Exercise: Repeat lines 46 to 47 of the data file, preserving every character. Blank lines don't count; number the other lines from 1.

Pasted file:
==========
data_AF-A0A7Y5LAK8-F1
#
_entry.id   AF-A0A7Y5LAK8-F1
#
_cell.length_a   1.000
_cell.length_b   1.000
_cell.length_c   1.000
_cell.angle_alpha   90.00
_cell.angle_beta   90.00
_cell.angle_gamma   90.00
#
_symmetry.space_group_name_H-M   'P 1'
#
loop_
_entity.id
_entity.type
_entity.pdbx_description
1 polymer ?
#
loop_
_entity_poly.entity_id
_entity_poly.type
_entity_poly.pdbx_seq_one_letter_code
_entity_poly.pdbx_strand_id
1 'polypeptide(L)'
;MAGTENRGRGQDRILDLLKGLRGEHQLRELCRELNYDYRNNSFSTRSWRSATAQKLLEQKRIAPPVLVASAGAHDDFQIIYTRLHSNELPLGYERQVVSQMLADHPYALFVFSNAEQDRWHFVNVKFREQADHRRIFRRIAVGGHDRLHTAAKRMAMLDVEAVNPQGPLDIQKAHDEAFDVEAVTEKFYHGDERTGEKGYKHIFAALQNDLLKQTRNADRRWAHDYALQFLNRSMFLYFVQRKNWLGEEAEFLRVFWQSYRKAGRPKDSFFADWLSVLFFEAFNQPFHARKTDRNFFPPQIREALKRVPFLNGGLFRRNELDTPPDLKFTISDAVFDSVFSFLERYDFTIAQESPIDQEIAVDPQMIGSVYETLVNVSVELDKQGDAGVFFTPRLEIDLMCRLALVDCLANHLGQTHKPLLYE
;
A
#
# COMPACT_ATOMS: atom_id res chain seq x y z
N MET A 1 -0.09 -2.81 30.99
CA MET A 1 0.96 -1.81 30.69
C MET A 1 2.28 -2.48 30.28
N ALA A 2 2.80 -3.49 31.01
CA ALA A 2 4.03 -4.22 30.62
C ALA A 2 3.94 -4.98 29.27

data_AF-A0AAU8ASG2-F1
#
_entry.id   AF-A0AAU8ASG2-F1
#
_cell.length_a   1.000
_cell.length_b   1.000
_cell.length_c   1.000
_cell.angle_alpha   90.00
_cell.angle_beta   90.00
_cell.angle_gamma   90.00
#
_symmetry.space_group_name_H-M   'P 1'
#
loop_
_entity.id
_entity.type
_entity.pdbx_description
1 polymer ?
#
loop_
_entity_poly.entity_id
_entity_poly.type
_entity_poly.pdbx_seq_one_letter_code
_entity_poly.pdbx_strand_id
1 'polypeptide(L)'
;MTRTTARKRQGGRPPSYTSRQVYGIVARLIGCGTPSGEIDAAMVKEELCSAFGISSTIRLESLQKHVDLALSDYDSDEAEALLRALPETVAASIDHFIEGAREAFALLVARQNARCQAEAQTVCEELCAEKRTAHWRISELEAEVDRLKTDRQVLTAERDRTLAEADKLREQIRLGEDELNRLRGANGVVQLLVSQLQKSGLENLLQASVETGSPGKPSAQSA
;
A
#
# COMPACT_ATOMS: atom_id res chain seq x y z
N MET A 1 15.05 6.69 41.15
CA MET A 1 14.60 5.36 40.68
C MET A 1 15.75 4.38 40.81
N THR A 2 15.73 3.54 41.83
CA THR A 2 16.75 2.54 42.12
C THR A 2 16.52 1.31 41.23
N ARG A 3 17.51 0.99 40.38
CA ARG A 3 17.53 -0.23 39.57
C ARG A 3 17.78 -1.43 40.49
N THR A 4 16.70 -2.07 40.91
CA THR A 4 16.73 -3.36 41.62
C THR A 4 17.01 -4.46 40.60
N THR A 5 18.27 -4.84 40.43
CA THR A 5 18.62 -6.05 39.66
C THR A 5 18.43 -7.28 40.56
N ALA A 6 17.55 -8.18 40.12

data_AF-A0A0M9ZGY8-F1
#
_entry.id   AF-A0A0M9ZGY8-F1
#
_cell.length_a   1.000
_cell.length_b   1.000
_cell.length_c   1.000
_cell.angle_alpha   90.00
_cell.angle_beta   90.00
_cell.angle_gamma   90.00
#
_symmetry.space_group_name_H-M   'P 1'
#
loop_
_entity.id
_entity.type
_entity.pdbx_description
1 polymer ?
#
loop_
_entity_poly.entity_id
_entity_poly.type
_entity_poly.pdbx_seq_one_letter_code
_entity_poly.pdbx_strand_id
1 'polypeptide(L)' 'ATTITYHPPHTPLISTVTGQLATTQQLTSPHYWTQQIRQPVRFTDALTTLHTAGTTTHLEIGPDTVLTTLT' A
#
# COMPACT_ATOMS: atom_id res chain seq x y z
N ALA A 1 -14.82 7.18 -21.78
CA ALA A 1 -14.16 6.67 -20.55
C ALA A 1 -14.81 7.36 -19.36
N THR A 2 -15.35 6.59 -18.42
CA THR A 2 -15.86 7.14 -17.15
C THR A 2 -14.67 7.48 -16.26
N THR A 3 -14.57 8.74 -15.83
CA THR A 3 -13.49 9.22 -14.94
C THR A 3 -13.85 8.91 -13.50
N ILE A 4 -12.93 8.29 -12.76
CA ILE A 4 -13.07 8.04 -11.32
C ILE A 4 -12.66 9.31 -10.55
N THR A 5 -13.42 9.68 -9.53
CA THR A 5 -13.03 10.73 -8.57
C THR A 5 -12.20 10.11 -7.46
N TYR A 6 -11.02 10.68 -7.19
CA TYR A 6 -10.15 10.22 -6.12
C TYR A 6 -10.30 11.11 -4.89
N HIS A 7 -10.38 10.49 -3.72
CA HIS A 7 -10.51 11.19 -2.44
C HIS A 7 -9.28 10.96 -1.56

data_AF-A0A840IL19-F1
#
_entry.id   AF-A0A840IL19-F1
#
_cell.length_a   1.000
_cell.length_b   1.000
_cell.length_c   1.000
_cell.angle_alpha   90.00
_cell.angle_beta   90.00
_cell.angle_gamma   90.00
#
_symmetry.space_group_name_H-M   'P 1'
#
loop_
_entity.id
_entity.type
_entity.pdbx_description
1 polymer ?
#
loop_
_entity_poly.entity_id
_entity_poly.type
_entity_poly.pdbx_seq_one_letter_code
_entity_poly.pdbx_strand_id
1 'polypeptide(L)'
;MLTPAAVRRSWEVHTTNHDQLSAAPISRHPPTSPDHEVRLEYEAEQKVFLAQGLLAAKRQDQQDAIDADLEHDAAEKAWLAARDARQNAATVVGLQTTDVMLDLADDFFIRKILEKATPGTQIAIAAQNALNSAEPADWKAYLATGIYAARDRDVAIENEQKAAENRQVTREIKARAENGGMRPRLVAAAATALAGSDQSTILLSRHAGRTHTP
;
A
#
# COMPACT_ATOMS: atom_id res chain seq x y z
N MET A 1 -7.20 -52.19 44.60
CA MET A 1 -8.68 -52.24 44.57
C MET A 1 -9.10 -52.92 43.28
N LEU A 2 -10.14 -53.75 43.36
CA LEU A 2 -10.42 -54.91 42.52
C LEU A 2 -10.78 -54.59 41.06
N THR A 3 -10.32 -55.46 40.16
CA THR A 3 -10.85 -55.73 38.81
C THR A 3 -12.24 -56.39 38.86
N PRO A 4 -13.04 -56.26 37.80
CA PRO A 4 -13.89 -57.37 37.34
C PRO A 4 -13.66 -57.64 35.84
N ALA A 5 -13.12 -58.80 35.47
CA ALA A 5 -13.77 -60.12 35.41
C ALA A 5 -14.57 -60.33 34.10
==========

_cell.angle_gamma   90.00
#